“I can’t invest now. The stock market is too high.”
Everybody who has ever put a dollar into the market has had this thought at some point in time. But all-time highs are nothing to fear. In fact, returns are stronger after all-time highs because rising prices attract more buyers which leads to higher prices. This tends to continue until something comes along and knocks this cycle off of its course.
Unfortunately for investors, this argument, whether or not buying all-time highs is a good idea, cannot be won with data. Feelings are more powerful storytellers than numbers are. At all-time highs, our desire to protect the nest might perceive fear where it doesn’t exist.
I’m about to make a giant leap here but please go with it. Let’s say that you’re not just afraid of all-time highs, but so afraid that you’re going to wait for the market to crash before you start investing.
I want to talk about why waiting for a stock market crash is a terrible, terrible idea.
It’s mentally exhausting
Waiting for the world to end is no way to go through life. Imagine waking up every morning, hoping for something bad to happen? That’s what you’re doing if you’re trying to implement a strategy like this.
Stocks don’t crash for no reason. They crash because something is harming the system. People are getting hurt, losing their jobs, losing their security, or losing their lives in the case of this year’s episode. You don’t want to have a smile on your face when this happens just so that you can potentially earn a few extra dollars or feel smarter than everyone else. Life is too short for this.
Like one of Nick’s readers said, too many people run out of time before they run out of money. Don’t spend your time waiting for the market to crash.
You won’t actually buy
The idea that you’re going to swing at the fat pitch is deeply misguided. Take 2020, for example. The fat pitch came at us at 130 MPH. It was in the catcher’s glove before we could lift the bat off of our shoulder.
Remember the night of March 11th? That’s when the NBA told the players to go back in the locker room and the fans to go home. One of the players tested positive, and the game was canceled. That night we also found out that Tom Hanks and Rita Wilson had contracted the virus. That was the night that things got really real.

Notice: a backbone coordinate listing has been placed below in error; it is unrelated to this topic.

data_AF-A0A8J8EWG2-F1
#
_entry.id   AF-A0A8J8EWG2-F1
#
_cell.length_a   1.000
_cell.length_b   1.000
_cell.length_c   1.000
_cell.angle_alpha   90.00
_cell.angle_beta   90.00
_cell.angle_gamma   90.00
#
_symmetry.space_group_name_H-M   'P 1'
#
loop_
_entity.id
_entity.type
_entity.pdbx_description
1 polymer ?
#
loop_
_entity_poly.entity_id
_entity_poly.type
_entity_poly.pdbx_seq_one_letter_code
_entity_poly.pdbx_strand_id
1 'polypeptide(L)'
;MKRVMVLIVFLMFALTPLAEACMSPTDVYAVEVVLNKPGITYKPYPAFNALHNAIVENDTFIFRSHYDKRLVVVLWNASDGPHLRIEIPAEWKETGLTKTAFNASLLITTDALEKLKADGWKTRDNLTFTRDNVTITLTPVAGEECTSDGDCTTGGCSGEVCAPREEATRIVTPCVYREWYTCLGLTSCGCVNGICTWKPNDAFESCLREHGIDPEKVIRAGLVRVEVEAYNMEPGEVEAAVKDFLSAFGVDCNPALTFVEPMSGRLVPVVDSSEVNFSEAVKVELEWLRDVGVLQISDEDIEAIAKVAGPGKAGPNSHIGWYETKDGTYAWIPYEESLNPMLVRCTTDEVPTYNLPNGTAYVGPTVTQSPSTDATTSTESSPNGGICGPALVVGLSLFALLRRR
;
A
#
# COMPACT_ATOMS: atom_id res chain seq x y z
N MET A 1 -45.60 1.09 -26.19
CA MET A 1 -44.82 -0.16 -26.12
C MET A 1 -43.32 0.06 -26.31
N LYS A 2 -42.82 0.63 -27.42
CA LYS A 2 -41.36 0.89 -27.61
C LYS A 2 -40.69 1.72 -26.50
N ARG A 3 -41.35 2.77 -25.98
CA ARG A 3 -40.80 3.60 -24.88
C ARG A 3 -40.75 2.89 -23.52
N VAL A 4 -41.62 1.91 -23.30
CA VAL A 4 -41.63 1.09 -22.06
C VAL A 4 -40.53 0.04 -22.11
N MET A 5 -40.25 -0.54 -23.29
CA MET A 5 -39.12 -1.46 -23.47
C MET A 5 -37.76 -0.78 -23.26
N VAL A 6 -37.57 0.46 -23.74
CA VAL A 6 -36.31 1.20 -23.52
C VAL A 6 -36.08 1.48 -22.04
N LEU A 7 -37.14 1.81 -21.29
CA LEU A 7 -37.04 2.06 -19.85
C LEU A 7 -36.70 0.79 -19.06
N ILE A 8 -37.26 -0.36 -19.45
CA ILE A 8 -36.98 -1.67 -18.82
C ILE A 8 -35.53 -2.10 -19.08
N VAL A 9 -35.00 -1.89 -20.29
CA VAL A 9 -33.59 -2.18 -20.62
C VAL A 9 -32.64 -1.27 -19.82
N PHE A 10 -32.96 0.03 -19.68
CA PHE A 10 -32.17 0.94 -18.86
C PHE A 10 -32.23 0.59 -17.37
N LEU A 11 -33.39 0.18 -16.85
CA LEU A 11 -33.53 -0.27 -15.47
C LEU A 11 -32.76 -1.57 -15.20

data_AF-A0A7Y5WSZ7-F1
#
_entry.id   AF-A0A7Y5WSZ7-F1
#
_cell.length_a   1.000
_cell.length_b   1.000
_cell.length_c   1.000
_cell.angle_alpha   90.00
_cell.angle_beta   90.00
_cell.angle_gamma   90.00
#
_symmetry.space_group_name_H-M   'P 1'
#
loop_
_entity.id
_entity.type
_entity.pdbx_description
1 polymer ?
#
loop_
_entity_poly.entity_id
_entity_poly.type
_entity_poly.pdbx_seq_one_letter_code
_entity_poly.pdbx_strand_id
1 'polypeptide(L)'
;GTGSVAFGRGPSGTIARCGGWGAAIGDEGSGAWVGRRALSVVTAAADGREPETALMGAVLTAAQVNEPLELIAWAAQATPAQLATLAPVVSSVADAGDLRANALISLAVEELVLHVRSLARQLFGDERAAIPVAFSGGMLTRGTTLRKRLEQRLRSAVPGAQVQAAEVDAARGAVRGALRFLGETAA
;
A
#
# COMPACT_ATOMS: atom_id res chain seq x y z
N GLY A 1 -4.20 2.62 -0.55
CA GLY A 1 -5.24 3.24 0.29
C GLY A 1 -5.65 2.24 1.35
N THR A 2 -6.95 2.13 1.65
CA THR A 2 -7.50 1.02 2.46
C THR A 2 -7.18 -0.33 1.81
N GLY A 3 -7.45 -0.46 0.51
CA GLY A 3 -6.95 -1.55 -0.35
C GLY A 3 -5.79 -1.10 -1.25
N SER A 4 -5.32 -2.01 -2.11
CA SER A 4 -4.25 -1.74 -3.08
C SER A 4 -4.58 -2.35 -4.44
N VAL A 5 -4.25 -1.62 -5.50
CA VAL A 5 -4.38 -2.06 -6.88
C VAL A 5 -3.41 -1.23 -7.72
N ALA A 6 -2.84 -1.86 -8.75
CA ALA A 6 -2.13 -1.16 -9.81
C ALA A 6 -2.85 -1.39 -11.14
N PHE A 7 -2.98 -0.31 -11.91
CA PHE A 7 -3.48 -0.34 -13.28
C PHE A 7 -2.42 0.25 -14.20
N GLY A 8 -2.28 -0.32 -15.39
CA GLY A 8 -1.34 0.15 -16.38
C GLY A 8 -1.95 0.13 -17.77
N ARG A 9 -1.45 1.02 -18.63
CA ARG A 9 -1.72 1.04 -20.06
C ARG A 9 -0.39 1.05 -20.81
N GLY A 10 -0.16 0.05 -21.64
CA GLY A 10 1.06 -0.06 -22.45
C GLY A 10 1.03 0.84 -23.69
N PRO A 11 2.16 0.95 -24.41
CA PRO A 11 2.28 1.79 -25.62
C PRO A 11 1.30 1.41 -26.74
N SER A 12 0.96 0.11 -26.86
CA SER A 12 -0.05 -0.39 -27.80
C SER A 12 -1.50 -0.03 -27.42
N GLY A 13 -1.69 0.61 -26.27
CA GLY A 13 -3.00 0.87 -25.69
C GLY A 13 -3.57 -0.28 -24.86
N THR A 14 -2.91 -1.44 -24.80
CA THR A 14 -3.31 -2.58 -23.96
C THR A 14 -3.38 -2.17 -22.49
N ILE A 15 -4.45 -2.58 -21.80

And with that, we were in a recession and a bear market. Stocks fell 10% the next day. That was your chance to buy.
It’s easy to look back now and say could should woulda, but stocks were in an absolute free fall. There was no telling when it would end. If you were waiting for this moment, congratulations, your worst fears were finally confirmed. This notion that you’re going to run into a fiery crowded theater when everyone is running for the exits is simply a case of you fooling yourself.
It’s incredible how quickly the buying opportunity disappeared. Just seven short days later, the stock market bottomed. True, you didn’t have to buy the exact bottom, but we slingshotted off the lows so quickly that you probably would have thought it was a dead-cat-bounce. The “prudent” move at that time, naturally, was waiting for stocks to roll over before scooping them up.
It doesn’t work
I’ve just given two reasons as to why waiting for a stock market crash is a terrible idea through the lens of behavioral investing. Let’s end this with some actual data. Let’s hold everything we know about how hard it is to buy, and just assume that you can buy when the time comes.
First of all, crashes just don’t happen that often. Since 1965, there have been only 8 drawdowns of 20% or more, once every seven years on average.
A few years back, Sam Lee looked at a simple methodology to demonstrate what a terrible idea this is.
He showed that :
“A simple version of the strategy is to wait for a 10% peak-to-trough loss before buying, then holding for at least 12 months or until the drawdown threshold is exceeded before returning to cash…for each percentage point of volatility buy-the-dip yielded 0.14% in additional annualized return and buy-and-hold yielded 0.34%.”
Buy and hold is not the only way to invest. But waiting for the market to crash is no way to invest. It’s exhausting, you won’t actually buy, and it just flat out doesn’t work.
(Inclusion of such advertisements does not constitute or imply endorsement, sponsorship or recommendation thereof, or any affiliation therewith, by the Content Creator or by Ritholtz Wealth Management or any of its employees. For additional advertisement disclaimers click here.)